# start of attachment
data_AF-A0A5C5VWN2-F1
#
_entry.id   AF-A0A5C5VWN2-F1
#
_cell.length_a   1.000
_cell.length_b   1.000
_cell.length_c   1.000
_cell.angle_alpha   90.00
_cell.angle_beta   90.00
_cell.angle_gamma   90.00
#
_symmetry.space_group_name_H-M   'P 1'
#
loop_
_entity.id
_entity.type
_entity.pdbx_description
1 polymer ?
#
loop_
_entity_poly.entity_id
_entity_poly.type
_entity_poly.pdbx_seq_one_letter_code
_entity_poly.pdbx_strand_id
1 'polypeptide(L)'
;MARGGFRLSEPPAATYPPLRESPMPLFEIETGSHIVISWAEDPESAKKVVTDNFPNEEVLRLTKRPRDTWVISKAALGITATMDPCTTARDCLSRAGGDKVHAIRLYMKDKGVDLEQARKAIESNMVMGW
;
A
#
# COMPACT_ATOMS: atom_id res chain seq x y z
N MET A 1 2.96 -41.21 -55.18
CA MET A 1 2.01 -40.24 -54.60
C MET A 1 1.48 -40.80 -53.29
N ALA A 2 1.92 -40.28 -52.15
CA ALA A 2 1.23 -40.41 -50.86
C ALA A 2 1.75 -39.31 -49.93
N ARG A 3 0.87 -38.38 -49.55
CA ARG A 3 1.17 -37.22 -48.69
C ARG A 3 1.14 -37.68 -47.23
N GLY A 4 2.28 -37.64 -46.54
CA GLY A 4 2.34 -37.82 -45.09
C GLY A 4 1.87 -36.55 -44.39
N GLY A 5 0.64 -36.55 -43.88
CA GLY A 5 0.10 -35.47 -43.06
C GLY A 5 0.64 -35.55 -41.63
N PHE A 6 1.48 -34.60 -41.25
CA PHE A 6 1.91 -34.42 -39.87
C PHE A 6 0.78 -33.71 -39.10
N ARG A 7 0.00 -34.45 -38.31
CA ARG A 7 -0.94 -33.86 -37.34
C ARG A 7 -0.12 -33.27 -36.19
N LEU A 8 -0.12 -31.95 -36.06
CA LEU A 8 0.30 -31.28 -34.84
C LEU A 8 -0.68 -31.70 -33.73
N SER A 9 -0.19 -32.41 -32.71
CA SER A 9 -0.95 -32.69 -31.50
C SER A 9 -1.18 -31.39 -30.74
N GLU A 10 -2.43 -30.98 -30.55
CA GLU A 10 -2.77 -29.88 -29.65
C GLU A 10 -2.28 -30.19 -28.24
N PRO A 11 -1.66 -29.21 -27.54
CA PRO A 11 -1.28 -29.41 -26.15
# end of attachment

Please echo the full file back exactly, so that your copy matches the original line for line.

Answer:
data_AF-A0A5C5VWN2-F1
#
_entry.id   AF-A0A5C5VWN2-F1
#
_cell.length_a   1.000
_cell.length_b   1.000
_cell.length_c   1.000
_cell.angle_alpha   90.00
_cell.angle_beta   90.00
_cell.angle_gamma   90.00
#
_symmetry.space_group_name_H-M   'P 1'
#
loop_
_entity.id
_entity.type
_entity.pdbx_description
1 polymer ?
#
loop_
_entity_poly.entity_id
_entity_poly.type
_entity_poly.pdbx_seq_one_letter_code
_entity_poly.pdbx_strand_id
1 'polypeptide(L)'
;MARGGFRLSEPPAATYPPLRESPMPLFEIETGSHIVISWAEDPESAKKVVTDNFPNEEVLRLTKRPRDTWVISKAALGITATMDPCTTARDCLSRAGGDKVHAIRLYMKDKGVDLEQARKAIESNMVMGW
;
A
#
# COMPACT_ATOMS: atom_id res chain seq x y z
N MET A 1 2.96 -41.21 -55.18
CA MET A 1 2.01 -40.24 -54.60
C MET A 1 1.48 -40.80 -53.29
N ALA A 2 1.92 -40.28 -52.15
CA ALA A 2 1.23 -40.41 -50.86
C ALA A 2 1.75 -39.31 -49.93
N ARG A 3 0.87 -38.38 -49.55
CA ARG A 3 1.17 -37.22 -48.69
C ARG A 3 1.14 -37.68 -47.23
N GLY A 4 2.28 -37.64 -46.54
CA GLY A 4 2.34 -37.82 -45.09
C GLY A 4 1.87 -36.55 -44.39
N GLY A 5 0.64 -36.55 -43.88
CA GLY A 5 0.10 -35.47 -43.06
C GLY A 5 0.64 -35.55 -41.63
N PHE A 6 1.48 -34.60 -41.25
CA PHE A 6 1.91 -34.42 -39.87
C PHE A 6 0.78 -33.71 -39.10
N ARG A 7 0.00 -34.45 -38.31
CA ARG A 7 -0.94 -33.86 -37.34
C ARG A 7 -0.12 -33.27 -36.19
N LEU A 8 -0.12 -31.95 -36.06
CA LEU A 8 0.30 -31.28 -34.84
C LEU A 8 -0.68 -31.70 -33.73
N SER A 9 -0.19 -32.41 -32.71
CA SER A 9 -0.95 -32.69 -31.50
C SER A 9 -1.18 -31.39 -30.74
N GLU A 10 -2.43 -30.98 -30.55
CA GLU A 10 -2.77 -29.88 -29.65
C GLU A 10 -2.28 -30.19 -28.24
N PRO A 11 -1.66 -29.21 -27.54
CA PRO A 11 -1.28 -29.41 -26.15